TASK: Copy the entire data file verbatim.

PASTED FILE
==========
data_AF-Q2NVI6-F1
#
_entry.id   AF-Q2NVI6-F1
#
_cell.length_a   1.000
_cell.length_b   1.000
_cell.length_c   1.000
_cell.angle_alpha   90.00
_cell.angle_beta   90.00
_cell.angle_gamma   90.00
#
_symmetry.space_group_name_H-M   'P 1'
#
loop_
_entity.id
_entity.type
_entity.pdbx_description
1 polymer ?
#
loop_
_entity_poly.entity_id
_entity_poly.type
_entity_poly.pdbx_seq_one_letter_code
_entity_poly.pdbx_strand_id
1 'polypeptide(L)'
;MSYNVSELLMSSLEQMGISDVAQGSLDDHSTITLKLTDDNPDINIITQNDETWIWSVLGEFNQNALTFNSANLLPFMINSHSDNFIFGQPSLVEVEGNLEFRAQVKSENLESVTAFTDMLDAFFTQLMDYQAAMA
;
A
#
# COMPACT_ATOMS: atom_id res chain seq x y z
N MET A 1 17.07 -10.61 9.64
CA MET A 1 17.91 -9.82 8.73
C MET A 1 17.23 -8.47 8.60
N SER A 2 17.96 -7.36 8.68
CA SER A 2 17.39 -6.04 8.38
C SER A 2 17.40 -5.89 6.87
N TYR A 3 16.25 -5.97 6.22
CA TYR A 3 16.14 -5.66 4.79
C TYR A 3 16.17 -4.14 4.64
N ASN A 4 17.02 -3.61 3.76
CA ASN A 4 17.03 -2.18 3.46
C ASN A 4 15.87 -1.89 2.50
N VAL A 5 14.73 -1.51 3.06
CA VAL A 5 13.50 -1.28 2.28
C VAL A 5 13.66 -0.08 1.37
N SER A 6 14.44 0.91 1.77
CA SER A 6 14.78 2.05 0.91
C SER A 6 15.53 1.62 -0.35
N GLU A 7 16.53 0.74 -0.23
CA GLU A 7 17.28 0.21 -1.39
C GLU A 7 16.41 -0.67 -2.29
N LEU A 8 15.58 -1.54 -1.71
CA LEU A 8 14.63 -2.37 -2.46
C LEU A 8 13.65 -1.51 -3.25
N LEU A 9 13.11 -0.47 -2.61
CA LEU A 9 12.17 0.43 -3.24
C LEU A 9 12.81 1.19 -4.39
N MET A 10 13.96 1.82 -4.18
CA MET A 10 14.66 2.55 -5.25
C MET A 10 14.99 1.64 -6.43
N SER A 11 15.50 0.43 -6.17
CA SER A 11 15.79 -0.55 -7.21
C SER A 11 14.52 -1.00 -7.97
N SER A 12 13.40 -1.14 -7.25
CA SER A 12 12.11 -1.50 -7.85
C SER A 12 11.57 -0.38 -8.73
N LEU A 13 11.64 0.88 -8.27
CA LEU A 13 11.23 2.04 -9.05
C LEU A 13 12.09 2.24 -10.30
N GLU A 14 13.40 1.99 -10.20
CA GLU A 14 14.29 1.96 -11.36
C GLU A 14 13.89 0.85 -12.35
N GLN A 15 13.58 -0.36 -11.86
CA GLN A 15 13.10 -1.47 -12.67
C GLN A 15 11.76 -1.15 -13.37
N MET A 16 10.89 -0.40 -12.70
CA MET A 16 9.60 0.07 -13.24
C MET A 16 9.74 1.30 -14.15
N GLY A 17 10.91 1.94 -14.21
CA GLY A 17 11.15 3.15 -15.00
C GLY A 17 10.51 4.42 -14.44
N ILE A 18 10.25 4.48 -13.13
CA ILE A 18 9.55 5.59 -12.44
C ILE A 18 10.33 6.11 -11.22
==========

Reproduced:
data_AF-Q2NVI6-F1
#
_entry.id   AF-Q2NVI6-F1
#
_cell.length_a   1.000
_cell.length_b   1.000
_cell.length_c   1.000
_cell.angle_alpha   90.00
_cell.angle_beta   90.00
_cell.angle_gamma   90.00
#
_symmetry.space_group_name_H-M   'P 1'
#
loop_
_entity.id
_entity.type
_entity.pdbx_description
1 polymer ?
#
loop_
_entity_poly.entity_id
_entity_poly.type
_entity_poly.pdbx_seq_one_letter_code
_entity_poly.pdbx_strand_id
1 'polypeptide(L)'
;MSYNVSELLMSSLEQMGISDVAQGSLDDHSTITLKLTDDNPDINIITQNDETWIWSVLGEFNQNALTFNSANLLPFMINSHSDNFIFGQPSLVEVEGNLEFRAQVKSENLESVTAFTDMLDAFFTQLMDYQAAMA
;
A
#
# COMPACT_ATOMS: atom_id res chain seq x y z
N MET A 1 17.07 -10.61 9.64
CA MET A 1 17.91 -9.82 8.73
C MET A 1 17.23 -8.47 8.60
N SER A 2 17.96 -7.36 8.68
CA SER A 2 17.39 -6.04 8.38
C SER A 2 17.40 -5.89 6.87
N TYR A 3 16.25 -5.97 6.22
CA TYR A 3 16.14 -5.66 4.79
C TYR A 3 16.17 -4.14 4.64
N ASN A 4 17.02 -3.61 3.76
CA ASN A 4 17.03 -2.18 3.46
C ASN A 4 15.87 -1.89 2.50
N VAL A 5 14.73 -1.51 3.06
CA VAL A 5 13.50 -1.28 2.28
C VAL A 5 13.66 -0.08 1.37
N SER A 6 14.44 0.91 1.77
CA SER A 6 14.78 2.05 0.91
C SER A 6 15.53 1.62 -0.35
N GLU A 7 16.53 0.74 -0.23
CA GLU A 7 17.28 0.21 -1.39
C GLU A 7 16.41 -0.67 -2.29
N LEU A 8 15.58 -1.54 -1.71
CA LEU A 8 14.63 -2.37 -2.46
C LEU A 8 13.65 -1.51 -3.25
N LEU A 9 13.11 -0.47 -2.61
CA LEU A 9 12.17 0.43 -3.24
C LEU A 9 12.81 1.19 -4.39
N MET A 10 13.96 1.82 -4.18
CA MET A 10 14.66 2.55 -5.25
C MET A 10 14.99 1.64 -6.43
N SER A 11 15.50 0.43 -6.17
CA SER A 11 15.79 -0.55 -7.21
C SER A 11 14.52 -1.00 -7.97
N SER A 12 13.40 -1.14 -7.25
CA SER A 12 12.11 -1.50 -7.85
C SER A 12 11.57 -0.38 -8.73
N LEU A 13 11.64 0.88 -8.27
CA LEU A 13 11.23 2.04 -9.05
C LEU A 13 12.09 2.24 -10.30
N GLU A 14 13.40 1.99 -10.20
CA GLU A 14 14.29 1.96 -11.36
C GLU A 14 13.89 0.85 -12.35
N GLN A 15 13.58 -0.36 -11.86
CA GLN A 15 13.10 -1.47 -12.67
C GLN A 15 11.76 -1.15 -13.37
N MET A 16 10.89 -0.40 -12.70
CA MET A 16 9.60 0.07 -13.24
C MET A 16 9.74 1.30 -14.15
N GLY A 17 10.91 1.94 -14.21
CA GLY A 17 11.15 3.15 -15.00
C GLY A 17 10.51 4.42 -14.44
N ILE A 18 10.25 4.48 -13.13
CA ILE A 18 9.55 5.59 -12.44
C ILE A 18 10.33 6.11 -11.22